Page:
September and December 2016
On 5 September 2016 we submitted evidence to the House of Commons Work and Pensions Select Committee inquiry on ‘Employment opportunities for young people‘.
This inquiry is considering four key questions:
- To what extent does getting young people into work and supporting them in work require an approach distinct from that of other groups?
- How effective is Jobcentre Plus Support for Schools likely to be in enhancing young people’s career prospects?
- How can Jobcentre Plus services for young people be more effectively integrated with other local services, especially around education and skills?
- What is likely to be the impact of any forthcoming economic uncertainty on young people, and how should the Government best seek to protect them from this?
Our written evidence was published on the Parliament website in October 2016 under reference EOP0054.
We were subsequently invited to give oral witness evidence to the Committee on 5 December 2016. The video footage from the hearing is available from the Parliament website. The minutes of the hearing have also been published and can be found here or here.
The Committee published its final report on 29 March 2017. The report cited our evidence on a number of occasions, and the Committee’s recommendations and observations reflected a number of the points we made in our evidence.
On 22 August 2016 we submitted written evidence to a review being conducted by Baroness McGregor-Smith on progression of BME employees in business and the labour market. We responded to the review from the point of view of young people from a BME background, covering BME young people who are out of work as well as those in work. Our primary submissions were focused at what the Government can do to support BME young people, with examples of both general and ‘targeted’ policies and our response includes input and quotes from a number of our young volunteers from BME backgrounds.
In June 2015 the House of Lords Select Committee on Social Mobility was formed and held an inquiry to consider social mobility in the transition from school to work for 14–24 year olds, particularly those who did not attend university. We submitted written evidence to the Committee on 14 September 2015 and our evidence was extensively quoted and cited in their report of 8 April 2016.
In the run-up to the next General Election in May 2015, we prepared and published our second major report, a comprehensive Manifesto for Youth Employment, intended for consideration by the next Government, with no less than 32 clear, practical, evidence-based sets of policy proposals to be implemented.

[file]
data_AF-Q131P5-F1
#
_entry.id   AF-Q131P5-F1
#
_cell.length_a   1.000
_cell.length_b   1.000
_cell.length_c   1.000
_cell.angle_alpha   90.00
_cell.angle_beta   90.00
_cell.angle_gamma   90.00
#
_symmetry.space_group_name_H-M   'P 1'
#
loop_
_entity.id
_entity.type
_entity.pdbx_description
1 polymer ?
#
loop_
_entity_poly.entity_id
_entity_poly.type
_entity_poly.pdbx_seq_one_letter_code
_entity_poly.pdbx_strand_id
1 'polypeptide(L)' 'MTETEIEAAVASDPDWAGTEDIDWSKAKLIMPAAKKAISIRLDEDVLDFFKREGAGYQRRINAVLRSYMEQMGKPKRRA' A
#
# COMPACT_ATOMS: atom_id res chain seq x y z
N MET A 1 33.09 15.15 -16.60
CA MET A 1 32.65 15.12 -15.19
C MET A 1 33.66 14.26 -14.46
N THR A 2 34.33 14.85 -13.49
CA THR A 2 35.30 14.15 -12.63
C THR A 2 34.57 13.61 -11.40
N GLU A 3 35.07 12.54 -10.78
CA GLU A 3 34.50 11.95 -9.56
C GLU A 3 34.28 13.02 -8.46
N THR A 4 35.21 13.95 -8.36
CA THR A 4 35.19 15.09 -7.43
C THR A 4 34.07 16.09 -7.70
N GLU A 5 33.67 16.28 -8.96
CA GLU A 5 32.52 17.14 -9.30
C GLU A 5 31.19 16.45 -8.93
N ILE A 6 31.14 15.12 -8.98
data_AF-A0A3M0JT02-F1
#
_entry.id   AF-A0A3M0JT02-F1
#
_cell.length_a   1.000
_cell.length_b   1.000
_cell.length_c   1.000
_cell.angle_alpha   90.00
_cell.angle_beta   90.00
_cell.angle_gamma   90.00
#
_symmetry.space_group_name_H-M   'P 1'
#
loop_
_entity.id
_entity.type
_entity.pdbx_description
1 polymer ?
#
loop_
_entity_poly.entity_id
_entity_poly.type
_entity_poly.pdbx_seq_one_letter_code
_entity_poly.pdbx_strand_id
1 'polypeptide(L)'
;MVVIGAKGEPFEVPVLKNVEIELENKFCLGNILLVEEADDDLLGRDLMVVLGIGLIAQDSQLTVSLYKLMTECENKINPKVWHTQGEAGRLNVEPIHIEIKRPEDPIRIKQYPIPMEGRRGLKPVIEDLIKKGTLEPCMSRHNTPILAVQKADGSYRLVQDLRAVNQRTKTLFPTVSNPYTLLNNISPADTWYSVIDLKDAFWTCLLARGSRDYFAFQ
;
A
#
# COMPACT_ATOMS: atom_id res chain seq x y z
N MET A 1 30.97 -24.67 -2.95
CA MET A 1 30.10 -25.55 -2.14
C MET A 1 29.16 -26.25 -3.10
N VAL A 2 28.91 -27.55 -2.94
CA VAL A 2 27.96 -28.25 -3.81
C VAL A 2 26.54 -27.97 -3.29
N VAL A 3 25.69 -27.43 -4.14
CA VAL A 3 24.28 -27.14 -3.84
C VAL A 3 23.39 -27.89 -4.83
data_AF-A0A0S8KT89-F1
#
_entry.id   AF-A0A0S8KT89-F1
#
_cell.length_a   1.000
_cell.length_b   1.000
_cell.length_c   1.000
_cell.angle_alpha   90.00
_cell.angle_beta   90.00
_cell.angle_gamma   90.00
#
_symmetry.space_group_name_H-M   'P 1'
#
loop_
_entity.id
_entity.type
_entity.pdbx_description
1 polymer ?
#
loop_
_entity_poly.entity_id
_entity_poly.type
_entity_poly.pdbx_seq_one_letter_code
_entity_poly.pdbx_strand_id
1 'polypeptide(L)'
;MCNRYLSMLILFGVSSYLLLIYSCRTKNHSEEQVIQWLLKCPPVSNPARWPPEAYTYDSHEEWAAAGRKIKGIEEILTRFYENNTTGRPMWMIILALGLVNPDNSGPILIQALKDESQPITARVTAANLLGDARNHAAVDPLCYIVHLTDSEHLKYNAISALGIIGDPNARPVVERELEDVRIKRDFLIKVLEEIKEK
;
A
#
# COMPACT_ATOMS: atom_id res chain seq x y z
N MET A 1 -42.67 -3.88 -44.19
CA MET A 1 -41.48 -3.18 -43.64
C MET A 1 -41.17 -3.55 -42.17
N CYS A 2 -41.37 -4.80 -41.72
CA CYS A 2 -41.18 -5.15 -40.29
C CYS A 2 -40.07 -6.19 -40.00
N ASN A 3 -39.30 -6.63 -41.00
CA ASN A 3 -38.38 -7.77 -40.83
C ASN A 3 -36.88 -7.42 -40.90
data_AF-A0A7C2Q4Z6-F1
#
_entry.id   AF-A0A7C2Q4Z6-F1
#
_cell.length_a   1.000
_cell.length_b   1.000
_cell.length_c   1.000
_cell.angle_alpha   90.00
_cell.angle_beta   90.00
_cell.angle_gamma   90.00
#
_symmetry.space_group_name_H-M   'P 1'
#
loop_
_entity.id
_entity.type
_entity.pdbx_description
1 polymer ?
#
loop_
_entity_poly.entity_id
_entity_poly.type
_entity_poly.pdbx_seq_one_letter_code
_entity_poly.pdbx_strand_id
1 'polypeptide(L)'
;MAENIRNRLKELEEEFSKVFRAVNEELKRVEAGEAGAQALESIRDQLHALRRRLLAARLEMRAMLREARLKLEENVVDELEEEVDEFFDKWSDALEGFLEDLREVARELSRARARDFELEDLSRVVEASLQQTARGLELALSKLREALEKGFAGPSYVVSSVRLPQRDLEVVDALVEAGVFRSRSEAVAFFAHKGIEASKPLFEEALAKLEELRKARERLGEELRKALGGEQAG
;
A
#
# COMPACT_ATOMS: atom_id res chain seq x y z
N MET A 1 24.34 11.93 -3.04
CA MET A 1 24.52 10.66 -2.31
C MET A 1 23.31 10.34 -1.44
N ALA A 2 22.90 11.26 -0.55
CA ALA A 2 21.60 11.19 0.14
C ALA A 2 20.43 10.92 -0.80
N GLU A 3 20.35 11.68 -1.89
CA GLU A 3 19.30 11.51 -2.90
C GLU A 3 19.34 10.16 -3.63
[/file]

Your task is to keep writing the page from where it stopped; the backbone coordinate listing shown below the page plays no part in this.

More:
The Manifesto is on the primary reading list for the All-Party Parliamentary Group on Youth Employment, was considered by the APPG in a talk by The Found Generation in the APPG’s first event in 2015 and has been cited in a debate in the House of Commons.
In July 2014 we published our first major report – Practical Solutions to UK Youth Unemployment. This report draws on months and years of research and makes four low-cost, evidence-based proposals to the Government, local authorities and the public sector, backed by a series of case studies. These are:
Proposal 1: Expanding the use of public sector procurement to create jobs for young people
Proposal 2: Backing a national ‘kitemark’ to recognise “youth friendly” employers
Proposal 3: Creating a cross-government youth employment unit or agency in the UK Government, headed by a Minister for Youth Employment
Proposal 4: Encouraging the creation of more local partnerships – including representation for young people – to co-ordinate the fight against youth unemployment in local areas
In June 2014 we submitted written evidence to the National Union of Students (NUS) Commission on the Future of Work, chaired by NUS President, Toni Pearce. Our submission was based on a mixture of research and on feedback we received on the NUS Commission’s questions from students who attended our workshop at the Oxford Education Conference in May 2014.
In May 2013 we submitted written evidence to the Youth Select Committee, an initiative set up by the British Youth Council and supported by the House of Commons. The Committee consists of 11 young people aged between 15-18 and these young people hold an annual inquiry about a policy issue relevant to young people, with the aim of influencing government policy. The Youth Select Committee acts much like a Parliamentary Select Committee – inviting written evidence submissions, holding oral witness evidence hearings in Parliament and preparing an official report which is sent to the Government.
The Youth Select Committee’s 2013 inquiry was on the role of schools and the National Curriculum in equipping young people with the skills for adult life – otherwise known as “life skills”. We submitted evidence focusing on life skills which were relevant to tackling youth unemployment:
- Literacy and Numeracy
- Enterprise Education
- Citizenship and Political Education
- Employability Skills
Access on British Youth Council/Youth Select Committee website – you can find our evidence under reference EV18.